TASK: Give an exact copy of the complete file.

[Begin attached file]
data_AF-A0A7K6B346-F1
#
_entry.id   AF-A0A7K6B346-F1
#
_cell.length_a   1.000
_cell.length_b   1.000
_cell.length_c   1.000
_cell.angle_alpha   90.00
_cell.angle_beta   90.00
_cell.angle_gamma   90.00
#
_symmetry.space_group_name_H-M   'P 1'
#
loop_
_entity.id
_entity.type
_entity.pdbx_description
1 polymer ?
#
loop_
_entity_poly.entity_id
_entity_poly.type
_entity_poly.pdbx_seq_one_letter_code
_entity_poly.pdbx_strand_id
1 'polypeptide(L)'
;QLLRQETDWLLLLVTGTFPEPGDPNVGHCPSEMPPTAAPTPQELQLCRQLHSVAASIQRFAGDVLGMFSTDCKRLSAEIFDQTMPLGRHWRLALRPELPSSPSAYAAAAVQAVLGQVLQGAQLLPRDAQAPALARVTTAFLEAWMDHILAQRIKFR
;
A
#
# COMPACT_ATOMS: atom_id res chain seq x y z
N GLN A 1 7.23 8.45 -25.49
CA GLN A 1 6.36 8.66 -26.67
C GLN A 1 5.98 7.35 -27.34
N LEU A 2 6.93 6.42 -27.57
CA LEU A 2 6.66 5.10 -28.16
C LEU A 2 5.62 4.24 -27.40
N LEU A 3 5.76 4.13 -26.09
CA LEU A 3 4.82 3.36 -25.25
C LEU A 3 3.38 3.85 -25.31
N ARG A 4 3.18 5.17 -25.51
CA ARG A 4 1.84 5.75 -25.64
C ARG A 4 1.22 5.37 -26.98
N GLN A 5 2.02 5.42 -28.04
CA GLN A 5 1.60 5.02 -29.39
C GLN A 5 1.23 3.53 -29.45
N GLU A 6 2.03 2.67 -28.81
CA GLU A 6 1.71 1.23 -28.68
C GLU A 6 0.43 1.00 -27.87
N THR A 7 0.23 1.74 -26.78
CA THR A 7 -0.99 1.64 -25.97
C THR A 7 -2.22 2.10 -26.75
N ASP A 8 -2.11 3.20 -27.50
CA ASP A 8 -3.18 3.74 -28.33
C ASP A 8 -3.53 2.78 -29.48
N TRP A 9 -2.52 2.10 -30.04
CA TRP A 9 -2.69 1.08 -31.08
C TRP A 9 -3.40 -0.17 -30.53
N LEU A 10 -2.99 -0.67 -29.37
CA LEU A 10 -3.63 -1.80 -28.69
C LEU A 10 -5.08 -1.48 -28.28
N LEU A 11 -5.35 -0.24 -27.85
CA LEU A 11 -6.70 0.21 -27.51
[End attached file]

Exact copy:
data_AF-A0A7K6B346-F1
#
_entry.id   AF-A0A7K6B346-F1
#
_cell.length_a   1.000
_cell.length_b   1.000
_cell.length_c   1.000
_cell.angle_alpha   90.00
_cell.angle_beta   90.00
_cell.angle_gamma   90.00
#
_symmetry.space_group_name_H-M   'P 1'
#
loop_
_entity.id
_entity.type
_entity.pdbx_description
1 polymer ?
#
loop_
_entity_poly.entity_id
_entity_poly.type
_entity_poly.pdbx_seq_one_letter_code
_entity_poly.pdbx_strand_id
1 'polypeptide(L)'
;QLLRQETDWLLLLVTGTFPEPGDPNVGHCPSEMPPTAAPTPQELQLCRQLHSVAASIQRFAGDVLGMFSTDCKRLSAEIFDQTMPLGRHWRLALRPELPSSPSAYAAAAVQAVLGQVLQGAQLLPRDAQAPALARVTTAFLEAWMDHILAQRIKFR
;
A
#
# COMPACT_ATOMS: atom_id res chain seq x y z
N GLN A 1 7.23 8.45 -25.49
CA GLN A 1 6.36 8.66 -26.67
C GLN A 1 5.98 7.35 -27.34
N LEU A 2 6.93 6.42 -27.57
CA LEU A 2 6.66 5.10 -28.16
C LEU A 2 5.62 4.24 -27.40
N LEU A 3 5.76 4.13 -26.09
CA LEU A 3 4.82 3.36 -25.25
C LEU A 3 3.38 3.85 -25.31
N ARG A 4 3.18 5.17 -25.51
CA ARG A 4 1.84 5.75 -25.64
C ARG A 4 1.22 5.37 -26.98
N GLN A 5 2.02 5.42 -28.04
CA GLN A 5 1.60 5.02 -29.39
C GLN A 5 1.23 3.53 -29.45
N GLU A 6 2.03 2.67 -28.81
CA GLU A 6 1.71 1.23 -28.68
C GLU A 6 0.43 1.00 -27.87
N THR A 7 0.23 1.74 -26.78
CA THR A 7 -0.99 1.64 -25.97
C THR A 7 -2.22 2.10 -26.75
N ASP A 8 -2.11 3.20 -27.50
CA ASP A 8 -3.18 3.74 -28.33
C ASP A 8 -3.53 2.78 -29.48
N TRP A 9 -2.52 2.10 -30.04
CA TRP A 9 -2.69 1.08 -31.08
C TRP A 9 -3.40 -0.17 -30.53
N LEU A 10 -2.99 -0.67 -29.37
CA LEU A 10 -3.63 -1.80 -28.69
C LEU A 10 -5.08 -1.48 -28.28
N LEU A 11 -5.35 -0.24 -27.85
CA LEU A 11 -6.70 0.21 -27.51